Another alternative mechanism to limit the price of Russian oil would be to introduce a fixed price cap. A figure of $40-60 per barrel is being discussed for this price cap now. However, this avenue is hardly optimal. The latest official information on the price to produce a barrel of Russian oil, according to the Russian Ministry of Energy, was $15-45 per barrel at the end of 2021, which would likely leave a significant profit margin even at such capped prices.

The weighted average annual price of oil in 2016 was about $41 per barrel, and it was just below  $42 in 2021, reflecting the level that is currently proposed as a price cap. But these prices allowed Russia to earn $119.6 and $117.7 billion in those years, respectively (see Table 1 above), which despite being the lowest levels in the last 10 years, were still quite enough to finance Russian aggression in Ukraine and Syria, to send private military companies to Libya, Central Africa, Mali, Madagascar, and Venezuela, to conduct large-scale subversive activities in Europe and the USA, and to prepare for a new direct military invasion against Ukraine. So, a price cap in the range of $40-60 per barrel would lead to a reduction in Russian oil revenues, but would not cut them sufficiently to force Russia to cease its aggression against Ukraine. Thus, the lower range of the price cap range would need to be chosen.

Another alternative mechanism for limiting the world price of Russian oil would be a high import duty, applied by most countries of the world, which would reduce its market value to the required limit. This may seem quite logical, but it would only be successful if the whole world agrees to the approach, which is difficult to count on.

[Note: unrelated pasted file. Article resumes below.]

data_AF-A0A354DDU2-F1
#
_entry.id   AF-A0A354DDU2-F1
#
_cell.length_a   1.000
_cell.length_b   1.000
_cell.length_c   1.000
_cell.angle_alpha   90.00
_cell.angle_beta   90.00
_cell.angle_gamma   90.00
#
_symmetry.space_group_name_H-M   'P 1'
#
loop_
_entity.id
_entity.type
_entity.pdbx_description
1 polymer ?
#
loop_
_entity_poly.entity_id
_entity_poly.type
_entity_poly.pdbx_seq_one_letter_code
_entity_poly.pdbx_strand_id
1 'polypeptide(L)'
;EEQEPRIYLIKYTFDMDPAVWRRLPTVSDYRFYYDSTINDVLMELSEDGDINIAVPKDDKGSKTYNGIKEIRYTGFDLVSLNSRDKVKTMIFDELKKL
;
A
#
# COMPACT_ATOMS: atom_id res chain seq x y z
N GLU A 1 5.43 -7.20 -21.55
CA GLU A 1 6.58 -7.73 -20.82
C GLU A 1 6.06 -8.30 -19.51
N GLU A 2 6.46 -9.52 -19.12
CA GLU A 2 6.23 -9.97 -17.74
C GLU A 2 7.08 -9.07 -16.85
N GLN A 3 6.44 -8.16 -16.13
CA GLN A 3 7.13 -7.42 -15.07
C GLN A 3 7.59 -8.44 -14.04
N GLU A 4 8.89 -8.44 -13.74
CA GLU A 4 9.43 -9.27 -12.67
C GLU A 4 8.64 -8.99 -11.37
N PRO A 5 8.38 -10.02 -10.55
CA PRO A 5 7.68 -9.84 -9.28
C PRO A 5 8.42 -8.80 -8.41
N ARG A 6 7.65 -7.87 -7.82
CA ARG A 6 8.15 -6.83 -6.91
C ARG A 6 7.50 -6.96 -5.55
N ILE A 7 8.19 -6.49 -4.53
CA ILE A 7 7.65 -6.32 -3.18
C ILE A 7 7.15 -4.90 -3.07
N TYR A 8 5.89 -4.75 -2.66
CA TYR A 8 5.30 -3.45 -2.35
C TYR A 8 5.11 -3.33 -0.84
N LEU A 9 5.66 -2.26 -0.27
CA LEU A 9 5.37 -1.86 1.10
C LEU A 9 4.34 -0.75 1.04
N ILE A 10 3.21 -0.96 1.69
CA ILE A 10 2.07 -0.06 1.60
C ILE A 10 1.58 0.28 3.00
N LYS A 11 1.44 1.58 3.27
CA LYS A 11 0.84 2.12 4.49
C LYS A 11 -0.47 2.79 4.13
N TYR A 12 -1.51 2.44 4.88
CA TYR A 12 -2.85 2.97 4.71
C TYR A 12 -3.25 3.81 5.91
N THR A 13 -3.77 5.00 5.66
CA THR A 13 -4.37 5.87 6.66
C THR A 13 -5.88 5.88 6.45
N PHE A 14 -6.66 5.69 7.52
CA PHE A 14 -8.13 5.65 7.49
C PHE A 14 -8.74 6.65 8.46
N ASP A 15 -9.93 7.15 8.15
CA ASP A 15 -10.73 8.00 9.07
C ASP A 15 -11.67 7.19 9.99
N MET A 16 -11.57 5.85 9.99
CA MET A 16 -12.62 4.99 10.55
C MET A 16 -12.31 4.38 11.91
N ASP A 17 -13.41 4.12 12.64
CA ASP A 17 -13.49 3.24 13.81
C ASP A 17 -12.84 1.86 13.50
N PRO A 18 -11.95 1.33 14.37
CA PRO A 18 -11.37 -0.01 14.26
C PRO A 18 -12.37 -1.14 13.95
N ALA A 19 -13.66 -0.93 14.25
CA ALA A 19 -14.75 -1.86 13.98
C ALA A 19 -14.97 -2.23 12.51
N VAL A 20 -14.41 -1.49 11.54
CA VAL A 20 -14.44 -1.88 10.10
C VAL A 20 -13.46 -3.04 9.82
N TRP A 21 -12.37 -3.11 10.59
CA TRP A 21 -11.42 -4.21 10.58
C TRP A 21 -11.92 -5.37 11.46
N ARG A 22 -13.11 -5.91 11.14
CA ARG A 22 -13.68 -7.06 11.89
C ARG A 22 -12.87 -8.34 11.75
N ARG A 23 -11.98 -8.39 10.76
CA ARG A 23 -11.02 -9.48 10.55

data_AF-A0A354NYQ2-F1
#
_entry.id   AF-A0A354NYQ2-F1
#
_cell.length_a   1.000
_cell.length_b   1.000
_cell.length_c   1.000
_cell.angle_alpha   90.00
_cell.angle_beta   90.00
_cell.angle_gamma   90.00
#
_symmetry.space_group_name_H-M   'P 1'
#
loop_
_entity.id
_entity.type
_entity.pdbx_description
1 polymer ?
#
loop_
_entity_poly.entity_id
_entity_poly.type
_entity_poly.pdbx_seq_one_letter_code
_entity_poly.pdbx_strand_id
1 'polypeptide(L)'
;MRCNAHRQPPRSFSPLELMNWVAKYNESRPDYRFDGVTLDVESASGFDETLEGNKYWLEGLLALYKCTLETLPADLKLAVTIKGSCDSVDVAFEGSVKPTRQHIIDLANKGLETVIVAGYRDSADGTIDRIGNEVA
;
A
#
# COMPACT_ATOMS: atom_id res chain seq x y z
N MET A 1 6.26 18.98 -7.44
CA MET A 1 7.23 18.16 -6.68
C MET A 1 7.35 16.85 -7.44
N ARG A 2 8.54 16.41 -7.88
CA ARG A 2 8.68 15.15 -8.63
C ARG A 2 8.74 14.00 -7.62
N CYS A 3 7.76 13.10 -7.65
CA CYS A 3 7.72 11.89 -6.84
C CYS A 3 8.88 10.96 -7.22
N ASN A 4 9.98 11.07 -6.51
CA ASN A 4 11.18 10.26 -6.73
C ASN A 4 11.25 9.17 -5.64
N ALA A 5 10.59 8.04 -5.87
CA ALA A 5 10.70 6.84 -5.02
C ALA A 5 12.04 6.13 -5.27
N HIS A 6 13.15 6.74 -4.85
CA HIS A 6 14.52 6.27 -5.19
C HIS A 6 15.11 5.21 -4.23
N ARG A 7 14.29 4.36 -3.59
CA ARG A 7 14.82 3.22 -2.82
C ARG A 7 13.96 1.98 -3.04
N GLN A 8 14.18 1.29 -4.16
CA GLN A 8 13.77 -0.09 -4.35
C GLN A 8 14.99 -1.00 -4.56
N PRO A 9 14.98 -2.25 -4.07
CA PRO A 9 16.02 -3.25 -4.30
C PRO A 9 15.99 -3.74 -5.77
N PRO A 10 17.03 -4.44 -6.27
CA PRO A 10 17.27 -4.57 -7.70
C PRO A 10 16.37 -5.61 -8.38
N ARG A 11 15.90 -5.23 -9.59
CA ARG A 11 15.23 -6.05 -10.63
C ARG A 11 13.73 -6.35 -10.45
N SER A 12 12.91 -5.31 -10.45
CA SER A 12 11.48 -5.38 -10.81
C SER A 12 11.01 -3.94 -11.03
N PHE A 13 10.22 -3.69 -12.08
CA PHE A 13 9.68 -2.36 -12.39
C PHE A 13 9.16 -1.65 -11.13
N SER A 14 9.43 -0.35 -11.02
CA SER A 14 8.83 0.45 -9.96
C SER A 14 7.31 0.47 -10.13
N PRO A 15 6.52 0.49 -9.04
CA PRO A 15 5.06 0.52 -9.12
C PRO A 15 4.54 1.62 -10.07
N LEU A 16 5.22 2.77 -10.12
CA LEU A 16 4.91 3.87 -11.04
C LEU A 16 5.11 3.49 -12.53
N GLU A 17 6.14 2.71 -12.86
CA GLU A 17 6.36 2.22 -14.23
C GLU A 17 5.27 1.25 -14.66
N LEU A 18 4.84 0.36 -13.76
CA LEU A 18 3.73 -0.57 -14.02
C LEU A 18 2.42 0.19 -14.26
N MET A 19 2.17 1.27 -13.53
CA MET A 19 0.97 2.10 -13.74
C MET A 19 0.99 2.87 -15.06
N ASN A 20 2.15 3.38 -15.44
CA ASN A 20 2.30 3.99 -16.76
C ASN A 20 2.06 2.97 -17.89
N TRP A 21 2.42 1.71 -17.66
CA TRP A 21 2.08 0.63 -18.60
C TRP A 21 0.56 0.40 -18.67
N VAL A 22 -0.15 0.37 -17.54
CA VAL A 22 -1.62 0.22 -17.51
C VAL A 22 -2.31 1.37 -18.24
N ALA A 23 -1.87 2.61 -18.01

A more radical idea was also discussed at the G7 summit — the creation of a cartel of consumers from the OECD industrialized countries. This cartel could regulate prices not only for Russian Urals oil, but also for other types of oil. This cartel of prime consumers would be in contrast to the OPEC+ cartel of prime sellers, who are clearly abusing their dominant position on the global oil market. This mechanism would be revolutionary, but it does not appear that it can be implemented quickly. Negotiations could last years.

Given all this, the most optimal measure at this stage would be to introduce a price cap mechanism at the level of production costs, whereby no more than $15 of the current $100+ per barrel would go to Russia. The rest of the funds should go to support Ukraine. It would create a mechanism whereby Russian oil exports would finance de facto countermeasures against Russian aggression. The formula of RUSSIA + OIL = MONEY + WAR must be dispensed with once and for all.

This material was prepared with financial support from the International Renaissance Foundation.

Mykhailo Gonchar
President of the Centre for Global Studies Strategy XXI